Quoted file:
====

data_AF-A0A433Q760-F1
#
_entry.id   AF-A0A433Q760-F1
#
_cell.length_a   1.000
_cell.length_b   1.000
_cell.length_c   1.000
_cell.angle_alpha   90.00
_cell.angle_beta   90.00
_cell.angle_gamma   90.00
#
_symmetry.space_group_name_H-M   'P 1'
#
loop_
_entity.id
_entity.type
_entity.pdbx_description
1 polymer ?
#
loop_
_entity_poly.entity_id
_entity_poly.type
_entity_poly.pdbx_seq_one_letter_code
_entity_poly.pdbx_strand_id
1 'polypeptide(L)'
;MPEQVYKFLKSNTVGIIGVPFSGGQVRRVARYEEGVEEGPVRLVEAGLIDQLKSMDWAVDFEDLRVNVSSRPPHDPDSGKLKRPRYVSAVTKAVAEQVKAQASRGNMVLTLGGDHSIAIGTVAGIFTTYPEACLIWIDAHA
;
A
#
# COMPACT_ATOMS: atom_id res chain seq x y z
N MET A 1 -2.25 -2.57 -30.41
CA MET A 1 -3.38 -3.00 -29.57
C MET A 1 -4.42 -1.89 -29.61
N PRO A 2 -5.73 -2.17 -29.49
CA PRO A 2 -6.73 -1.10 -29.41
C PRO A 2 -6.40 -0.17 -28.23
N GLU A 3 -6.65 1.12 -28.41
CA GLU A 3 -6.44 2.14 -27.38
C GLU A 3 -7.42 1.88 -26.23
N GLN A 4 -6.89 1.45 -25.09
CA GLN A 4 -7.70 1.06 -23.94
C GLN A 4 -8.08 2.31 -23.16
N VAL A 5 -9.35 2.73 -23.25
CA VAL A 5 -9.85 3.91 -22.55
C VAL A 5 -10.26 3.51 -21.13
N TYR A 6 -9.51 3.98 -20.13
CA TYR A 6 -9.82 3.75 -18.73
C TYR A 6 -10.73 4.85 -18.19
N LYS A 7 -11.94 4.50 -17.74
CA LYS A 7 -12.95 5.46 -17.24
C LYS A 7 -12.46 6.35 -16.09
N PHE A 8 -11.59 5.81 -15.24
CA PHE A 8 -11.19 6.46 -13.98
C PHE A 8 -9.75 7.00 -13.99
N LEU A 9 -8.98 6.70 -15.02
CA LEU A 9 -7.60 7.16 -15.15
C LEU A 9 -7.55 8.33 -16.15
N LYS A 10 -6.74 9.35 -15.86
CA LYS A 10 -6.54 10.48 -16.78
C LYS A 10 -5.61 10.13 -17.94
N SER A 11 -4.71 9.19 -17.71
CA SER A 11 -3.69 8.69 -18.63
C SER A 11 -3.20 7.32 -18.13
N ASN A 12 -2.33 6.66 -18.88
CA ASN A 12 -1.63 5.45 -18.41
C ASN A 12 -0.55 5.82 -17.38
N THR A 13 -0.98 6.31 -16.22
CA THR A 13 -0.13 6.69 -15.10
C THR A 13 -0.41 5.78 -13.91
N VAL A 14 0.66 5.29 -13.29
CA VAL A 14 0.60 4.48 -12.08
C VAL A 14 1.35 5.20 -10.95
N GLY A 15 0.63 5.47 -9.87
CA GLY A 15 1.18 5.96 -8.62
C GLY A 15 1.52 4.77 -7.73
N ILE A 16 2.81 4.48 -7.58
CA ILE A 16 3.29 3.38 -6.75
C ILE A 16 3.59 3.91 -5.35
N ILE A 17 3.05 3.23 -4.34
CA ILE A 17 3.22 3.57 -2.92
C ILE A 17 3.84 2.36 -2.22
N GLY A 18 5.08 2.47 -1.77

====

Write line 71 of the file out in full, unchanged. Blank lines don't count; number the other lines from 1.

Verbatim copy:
CA VAL A 14 0.60 4.48 -12.08